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  • Cloudway Partners

What's Your Job?

Home Depot had its infamous data breach in 2014. Soon after, the then-current CIO lamented publicly about the lack of investment in security by his bosses (tip: publicly complaining about your bosses is not a good way to keep your job). He was quoted as saying (and I’m paraphrasing here) that when he asked for more money for additional funds, he was told that “Home Depot’s job is to sell hammers.” That sounds harsh at first, but it actually makes sense. Home Depot’s job IS to to sell hammers (and other tools). The CIO’s job is not to create a wholly-contained IT security apparatus within Home Depot, it is to buy and implement the best-in-breed security solutions available, and let the experts run it. By definition, this means moving on-premises solutions to a secure cloud area (Salesforce, Oracle, Amazon, Microsoft, etc.) and let them keep the data secure.

It is common for individuals in a company to lose sight of the overall mission. People get down into the details of their own jobs, and leadership does not do enough to reiterate the corporate mission. When I worked for an insurance company, I used to often ask my team members, “What is your job?” and I’d get all sorts of answers. My response was always the same, “NO! Your job is to sell insurance.” Not literally, of course, but to support the mission of the company. If we don’t sell insurance, we don’t have jobs. For IT, that meant creating a safe, stable platform on which to conduct our business and to create a pleasant user and employee experience. Simple, no? Not in practice, but that single-minded focus helps crystalize the overall mission of the company.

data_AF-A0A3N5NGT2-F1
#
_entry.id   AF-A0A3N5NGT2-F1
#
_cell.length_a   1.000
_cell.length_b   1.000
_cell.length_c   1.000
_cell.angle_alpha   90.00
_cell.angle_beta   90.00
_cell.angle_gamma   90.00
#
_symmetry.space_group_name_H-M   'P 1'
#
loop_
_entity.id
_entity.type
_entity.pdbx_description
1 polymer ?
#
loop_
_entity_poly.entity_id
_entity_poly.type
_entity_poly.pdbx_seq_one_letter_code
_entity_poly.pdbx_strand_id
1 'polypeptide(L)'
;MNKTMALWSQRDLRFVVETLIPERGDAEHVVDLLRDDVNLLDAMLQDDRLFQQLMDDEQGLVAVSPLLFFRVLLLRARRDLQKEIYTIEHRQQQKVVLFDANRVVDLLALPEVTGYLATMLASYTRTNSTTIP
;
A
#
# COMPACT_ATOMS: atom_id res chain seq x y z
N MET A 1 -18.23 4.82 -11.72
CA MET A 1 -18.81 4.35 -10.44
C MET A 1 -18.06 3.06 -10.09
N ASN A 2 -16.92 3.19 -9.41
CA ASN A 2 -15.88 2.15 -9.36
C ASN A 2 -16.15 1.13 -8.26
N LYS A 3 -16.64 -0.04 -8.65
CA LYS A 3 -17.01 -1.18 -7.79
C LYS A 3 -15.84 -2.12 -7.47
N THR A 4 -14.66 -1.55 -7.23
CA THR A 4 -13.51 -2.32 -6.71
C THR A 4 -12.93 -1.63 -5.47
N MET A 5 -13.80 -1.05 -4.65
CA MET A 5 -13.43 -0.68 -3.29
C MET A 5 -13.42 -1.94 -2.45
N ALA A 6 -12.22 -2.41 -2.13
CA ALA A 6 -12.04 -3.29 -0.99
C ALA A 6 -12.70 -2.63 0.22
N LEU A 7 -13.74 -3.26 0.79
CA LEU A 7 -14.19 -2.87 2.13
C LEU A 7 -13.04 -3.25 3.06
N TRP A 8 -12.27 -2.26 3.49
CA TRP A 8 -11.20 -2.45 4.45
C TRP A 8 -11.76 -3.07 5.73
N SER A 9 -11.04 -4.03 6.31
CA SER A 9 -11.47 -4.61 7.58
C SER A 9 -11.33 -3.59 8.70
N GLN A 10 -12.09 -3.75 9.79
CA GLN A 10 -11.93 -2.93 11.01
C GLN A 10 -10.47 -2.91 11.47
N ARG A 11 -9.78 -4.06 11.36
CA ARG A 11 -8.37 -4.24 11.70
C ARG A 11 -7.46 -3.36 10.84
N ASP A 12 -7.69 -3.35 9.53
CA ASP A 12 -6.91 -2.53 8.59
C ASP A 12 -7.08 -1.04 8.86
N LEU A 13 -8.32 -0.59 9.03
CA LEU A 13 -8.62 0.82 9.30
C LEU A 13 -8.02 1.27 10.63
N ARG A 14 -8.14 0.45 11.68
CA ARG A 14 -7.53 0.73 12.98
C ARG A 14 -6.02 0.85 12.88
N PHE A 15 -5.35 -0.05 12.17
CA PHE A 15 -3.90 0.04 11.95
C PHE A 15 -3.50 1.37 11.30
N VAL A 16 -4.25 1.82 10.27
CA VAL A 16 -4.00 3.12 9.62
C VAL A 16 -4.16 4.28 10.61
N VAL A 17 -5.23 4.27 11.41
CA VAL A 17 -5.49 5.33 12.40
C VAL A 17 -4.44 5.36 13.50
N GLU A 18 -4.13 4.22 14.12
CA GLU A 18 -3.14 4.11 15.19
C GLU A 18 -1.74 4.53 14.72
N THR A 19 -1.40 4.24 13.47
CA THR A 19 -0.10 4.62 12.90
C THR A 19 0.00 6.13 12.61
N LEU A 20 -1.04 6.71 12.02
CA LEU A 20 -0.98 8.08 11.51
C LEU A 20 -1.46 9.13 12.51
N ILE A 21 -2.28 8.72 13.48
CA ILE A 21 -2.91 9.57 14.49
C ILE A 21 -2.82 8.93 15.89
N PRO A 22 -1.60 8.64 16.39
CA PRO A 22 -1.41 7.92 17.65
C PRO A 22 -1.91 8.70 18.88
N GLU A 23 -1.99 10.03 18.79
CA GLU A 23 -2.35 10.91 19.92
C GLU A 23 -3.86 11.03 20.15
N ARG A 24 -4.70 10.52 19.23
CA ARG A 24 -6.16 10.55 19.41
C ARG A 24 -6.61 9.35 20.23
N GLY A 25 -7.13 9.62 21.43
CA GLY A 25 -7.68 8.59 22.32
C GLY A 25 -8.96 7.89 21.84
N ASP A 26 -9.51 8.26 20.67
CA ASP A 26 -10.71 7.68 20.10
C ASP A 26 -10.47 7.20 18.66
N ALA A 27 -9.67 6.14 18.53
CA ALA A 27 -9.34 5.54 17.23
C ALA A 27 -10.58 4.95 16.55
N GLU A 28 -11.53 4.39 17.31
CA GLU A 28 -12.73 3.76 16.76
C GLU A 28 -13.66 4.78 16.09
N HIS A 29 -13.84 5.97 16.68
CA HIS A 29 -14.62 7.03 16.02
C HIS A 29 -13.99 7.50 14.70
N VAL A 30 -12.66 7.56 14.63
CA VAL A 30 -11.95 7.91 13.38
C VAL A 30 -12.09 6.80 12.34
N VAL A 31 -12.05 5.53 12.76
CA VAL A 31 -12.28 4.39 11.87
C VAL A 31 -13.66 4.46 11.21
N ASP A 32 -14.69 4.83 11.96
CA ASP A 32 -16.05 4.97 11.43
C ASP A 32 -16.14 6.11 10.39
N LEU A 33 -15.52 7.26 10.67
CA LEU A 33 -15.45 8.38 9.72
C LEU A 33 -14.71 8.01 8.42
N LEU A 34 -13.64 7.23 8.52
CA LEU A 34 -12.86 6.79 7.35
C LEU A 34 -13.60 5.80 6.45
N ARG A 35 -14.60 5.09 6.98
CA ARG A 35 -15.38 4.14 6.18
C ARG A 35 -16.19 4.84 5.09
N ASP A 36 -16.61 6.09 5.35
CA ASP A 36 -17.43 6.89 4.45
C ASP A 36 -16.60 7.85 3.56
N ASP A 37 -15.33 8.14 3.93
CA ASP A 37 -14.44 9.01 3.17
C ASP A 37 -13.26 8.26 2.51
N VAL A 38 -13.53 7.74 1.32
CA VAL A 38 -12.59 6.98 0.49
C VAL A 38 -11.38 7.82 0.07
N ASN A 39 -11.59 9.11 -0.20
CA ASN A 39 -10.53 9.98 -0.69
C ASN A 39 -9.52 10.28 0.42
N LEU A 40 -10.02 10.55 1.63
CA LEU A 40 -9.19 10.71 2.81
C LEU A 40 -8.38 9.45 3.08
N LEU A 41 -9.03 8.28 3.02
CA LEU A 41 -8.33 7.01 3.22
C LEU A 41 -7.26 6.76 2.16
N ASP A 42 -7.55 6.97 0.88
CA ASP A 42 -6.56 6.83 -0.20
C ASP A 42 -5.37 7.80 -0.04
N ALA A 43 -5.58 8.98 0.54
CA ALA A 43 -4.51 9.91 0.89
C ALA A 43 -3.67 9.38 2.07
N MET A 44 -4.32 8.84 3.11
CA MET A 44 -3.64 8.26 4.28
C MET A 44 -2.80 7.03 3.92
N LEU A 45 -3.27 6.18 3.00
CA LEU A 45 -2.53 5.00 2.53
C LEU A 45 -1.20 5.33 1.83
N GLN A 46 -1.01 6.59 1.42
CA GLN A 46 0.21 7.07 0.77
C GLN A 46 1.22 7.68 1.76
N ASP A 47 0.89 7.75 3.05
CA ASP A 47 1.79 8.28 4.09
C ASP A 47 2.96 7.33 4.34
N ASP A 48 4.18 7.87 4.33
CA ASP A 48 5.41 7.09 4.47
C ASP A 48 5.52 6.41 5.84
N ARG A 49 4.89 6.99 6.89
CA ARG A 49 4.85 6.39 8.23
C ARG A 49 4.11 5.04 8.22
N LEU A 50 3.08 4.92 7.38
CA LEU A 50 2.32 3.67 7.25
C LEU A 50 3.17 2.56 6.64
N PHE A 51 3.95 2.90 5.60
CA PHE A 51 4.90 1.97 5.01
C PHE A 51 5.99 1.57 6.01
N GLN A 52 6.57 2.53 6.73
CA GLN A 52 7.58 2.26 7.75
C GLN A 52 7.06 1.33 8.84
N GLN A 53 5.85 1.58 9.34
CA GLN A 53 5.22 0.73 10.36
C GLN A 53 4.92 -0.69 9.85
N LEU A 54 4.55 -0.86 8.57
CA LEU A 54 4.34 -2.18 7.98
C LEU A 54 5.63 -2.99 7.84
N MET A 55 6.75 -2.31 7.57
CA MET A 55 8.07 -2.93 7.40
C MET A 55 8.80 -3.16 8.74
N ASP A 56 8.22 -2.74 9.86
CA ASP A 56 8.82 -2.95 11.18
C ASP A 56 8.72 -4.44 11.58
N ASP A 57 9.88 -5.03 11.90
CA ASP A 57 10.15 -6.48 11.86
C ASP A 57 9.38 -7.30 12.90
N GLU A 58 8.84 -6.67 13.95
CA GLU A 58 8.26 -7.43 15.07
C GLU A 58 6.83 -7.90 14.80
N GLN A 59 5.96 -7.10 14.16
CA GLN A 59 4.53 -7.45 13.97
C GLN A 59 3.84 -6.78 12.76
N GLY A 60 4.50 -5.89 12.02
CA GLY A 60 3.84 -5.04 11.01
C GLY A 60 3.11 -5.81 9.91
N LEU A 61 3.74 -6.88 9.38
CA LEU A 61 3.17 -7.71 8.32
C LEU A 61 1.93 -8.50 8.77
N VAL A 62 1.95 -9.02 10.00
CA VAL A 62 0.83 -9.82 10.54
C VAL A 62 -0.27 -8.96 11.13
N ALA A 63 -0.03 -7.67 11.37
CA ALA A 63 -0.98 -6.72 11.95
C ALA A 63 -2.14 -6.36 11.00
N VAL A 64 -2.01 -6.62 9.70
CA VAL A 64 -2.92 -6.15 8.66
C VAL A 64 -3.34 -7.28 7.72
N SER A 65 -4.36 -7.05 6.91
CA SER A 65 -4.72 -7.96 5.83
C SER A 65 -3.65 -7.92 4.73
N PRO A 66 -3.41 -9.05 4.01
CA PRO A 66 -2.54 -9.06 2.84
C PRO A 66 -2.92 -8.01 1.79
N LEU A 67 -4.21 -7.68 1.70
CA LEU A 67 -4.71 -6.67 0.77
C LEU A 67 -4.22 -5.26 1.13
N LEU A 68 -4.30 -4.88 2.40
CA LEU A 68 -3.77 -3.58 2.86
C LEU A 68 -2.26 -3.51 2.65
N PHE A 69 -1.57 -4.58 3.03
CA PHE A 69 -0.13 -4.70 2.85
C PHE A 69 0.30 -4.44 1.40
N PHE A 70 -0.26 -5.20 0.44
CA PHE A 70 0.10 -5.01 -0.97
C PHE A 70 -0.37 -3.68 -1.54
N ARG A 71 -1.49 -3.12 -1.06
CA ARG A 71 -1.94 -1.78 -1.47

Every IT department loves to believe it is the second coming of IBM. While there are many smart and talented people in IT departments the world over, they really can’t withstand the constant onslaught of motivated (and sometimes state-funded) hackers, who have all the time in the world. Cloud companies have teams of experts working 24x7x365 to keep their clouds secure. It is easier and cheaper for a company – any company – to rent space on one of those clouds and reap the benefits of mutually shared security. There is safety in the herd. Not to mention, renting space in the cloud is FAR less expensive than dealing with a data breach.

As a side note, the CISO of Home Depot had left in February of 2014 to join… Equifax.

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No, you’re not. Many companies today like to refer to themselves as “technology companies.” I find this both quaint and puzzling. Just because you produce lots of revenue and pay lots of bills and hav

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